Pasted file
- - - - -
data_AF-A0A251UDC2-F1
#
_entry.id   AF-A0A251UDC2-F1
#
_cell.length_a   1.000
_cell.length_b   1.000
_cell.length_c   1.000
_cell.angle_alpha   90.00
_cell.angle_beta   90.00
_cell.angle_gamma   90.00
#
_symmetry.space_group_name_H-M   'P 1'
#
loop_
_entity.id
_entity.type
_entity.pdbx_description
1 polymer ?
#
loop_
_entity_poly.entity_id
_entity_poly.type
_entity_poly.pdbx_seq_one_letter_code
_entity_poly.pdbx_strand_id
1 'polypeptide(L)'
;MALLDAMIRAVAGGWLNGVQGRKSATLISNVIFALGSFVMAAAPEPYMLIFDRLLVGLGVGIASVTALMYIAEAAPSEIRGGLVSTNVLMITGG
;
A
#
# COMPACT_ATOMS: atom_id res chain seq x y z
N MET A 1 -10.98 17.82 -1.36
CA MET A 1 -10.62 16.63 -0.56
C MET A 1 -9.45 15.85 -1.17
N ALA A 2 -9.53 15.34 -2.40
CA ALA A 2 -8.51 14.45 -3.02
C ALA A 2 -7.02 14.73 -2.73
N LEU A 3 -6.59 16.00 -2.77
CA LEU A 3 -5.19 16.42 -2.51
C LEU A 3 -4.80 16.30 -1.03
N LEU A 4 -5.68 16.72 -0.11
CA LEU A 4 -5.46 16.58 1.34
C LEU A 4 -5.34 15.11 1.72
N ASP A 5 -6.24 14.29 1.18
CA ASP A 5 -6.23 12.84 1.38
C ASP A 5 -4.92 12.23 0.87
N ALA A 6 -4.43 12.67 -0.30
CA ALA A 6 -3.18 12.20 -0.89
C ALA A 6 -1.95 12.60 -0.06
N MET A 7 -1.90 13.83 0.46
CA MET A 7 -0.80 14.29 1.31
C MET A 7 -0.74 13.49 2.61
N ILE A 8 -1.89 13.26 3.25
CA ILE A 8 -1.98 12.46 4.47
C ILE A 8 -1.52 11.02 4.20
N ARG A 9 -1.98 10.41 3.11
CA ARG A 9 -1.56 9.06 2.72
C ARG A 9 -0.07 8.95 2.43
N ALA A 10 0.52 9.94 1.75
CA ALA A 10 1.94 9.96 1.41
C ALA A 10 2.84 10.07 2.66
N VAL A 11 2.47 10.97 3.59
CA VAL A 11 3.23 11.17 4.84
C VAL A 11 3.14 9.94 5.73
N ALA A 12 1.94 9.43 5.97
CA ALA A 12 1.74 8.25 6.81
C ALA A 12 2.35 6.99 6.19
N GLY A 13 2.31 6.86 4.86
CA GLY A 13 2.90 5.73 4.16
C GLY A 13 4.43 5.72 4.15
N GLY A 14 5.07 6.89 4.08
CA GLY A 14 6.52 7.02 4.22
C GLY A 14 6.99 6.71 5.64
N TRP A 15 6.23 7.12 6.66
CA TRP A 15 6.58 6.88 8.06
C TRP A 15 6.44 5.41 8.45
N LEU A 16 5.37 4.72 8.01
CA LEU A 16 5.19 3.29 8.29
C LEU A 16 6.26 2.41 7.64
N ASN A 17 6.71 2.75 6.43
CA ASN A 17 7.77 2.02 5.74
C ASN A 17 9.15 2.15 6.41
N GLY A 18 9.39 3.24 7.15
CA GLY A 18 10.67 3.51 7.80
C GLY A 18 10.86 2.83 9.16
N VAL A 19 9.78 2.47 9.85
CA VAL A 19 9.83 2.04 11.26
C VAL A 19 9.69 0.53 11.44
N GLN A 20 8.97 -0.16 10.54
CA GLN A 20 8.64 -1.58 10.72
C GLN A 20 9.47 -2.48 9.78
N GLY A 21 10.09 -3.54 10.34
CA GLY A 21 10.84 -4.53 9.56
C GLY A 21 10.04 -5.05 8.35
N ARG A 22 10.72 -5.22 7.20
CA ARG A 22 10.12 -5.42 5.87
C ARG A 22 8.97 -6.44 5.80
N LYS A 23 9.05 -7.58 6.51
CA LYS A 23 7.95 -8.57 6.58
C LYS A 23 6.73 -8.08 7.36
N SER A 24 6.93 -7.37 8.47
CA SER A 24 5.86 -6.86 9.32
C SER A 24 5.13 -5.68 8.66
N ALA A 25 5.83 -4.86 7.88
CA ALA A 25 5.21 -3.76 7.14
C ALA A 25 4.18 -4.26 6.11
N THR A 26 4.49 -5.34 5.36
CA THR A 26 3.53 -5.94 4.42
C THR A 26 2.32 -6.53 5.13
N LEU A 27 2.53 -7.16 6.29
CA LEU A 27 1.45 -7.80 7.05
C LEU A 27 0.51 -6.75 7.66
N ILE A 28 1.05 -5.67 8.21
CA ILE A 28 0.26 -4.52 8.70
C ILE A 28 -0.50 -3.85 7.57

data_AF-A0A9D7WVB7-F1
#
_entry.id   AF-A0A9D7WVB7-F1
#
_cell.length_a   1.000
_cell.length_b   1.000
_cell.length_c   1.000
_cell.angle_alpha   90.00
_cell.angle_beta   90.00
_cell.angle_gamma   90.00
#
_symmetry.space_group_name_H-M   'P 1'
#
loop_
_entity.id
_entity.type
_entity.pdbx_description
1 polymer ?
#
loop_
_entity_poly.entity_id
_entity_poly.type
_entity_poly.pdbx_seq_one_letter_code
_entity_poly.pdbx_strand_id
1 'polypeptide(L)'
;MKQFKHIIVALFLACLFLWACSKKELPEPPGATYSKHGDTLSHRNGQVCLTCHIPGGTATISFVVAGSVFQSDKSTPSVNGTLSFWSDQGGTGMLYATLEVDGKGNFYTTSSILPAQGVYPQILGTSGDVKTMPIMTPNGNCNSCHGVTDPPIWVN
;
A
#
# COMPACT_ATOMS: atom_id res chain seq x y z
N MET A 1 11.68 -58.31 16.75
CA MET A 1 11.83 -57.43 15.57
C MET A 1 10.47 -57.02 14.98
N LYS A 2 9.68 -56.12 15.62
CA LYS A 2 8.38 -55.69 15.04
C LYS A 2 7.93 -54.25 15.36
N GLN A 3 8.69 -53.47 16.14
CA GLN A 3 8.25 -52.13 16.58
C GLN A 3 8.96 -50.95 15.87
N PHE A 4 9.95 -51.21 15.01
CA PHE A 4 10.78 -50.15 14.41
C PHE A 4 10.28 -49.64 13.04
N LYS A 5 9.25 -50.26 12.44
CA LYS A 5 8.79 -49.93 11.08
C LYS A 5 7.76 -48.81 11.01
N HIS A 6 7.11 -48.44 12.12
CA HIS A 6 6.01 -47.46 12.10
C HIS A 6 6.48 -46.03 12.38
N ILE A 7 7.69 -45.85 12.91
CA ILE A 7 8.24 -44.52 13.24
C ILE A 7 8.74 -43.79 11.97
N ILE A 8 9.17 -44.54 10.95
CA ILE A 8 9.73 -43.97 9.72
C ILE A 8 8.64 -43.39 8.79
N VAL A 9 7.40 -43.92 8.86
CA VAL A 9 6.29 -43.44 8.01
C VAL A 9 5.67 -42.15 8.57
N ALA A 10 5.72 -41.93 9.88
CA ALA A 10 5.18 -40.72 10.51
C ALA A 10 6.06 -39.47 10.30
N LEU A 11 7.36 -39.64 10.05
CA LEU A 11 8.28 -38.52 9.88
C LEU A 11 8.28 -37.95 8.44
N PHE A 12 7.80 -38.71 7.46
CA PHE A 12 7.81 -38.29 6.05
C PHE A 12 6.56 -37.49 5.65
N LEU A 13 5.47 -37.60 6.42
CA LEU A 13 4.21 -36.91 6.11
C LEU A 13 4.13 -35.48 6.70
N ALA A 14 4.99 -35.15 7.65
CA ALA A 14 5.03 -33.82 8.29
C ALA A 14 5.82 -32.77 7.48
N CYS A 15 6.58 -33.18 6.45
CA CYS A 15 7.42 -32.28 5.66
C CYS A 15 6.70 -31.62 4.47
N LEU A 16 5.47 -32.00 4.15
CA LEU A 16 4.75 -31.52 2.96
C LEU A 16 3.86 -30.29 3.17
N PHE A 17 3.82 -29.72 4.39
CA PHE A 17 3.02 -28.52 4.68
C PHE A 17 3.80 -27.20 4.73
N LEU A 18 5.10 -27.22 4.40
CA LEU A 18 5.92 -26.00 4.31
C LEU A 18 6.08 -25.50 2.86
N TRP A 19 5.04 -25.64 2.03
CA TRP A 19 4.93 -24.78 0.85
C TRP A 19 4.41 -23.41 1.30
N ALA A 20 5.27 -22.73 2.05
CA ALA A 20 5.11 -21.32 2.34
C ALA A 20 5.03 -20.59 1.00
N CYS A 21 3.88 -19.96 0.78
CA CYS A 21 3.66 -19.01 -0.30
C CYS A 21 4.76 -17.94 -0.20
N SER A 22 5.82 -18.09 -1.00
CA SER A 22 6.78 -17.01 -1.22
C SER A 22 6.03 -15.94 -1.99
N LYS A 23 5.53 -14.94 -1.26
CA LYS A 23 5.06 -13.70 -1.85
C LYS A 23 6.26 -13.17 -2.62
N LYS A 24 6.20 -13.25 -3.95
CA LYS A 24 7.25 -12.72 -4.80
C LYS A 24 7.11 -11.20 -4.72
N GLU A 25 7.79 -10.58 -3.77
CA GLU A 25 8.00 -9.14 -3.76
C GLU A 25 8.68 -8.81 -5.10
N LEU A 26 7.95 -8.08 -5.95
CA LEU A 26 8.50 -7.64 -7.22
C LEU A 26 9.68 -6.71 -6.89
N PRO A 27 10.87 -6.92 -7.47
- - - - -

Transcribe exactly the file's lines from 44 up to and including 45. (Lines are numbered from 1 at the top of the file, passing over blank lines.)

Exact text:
CA ASP A 5 -6.23 12.84 1.38
C ASP A 5 -4.92 12.23 0.87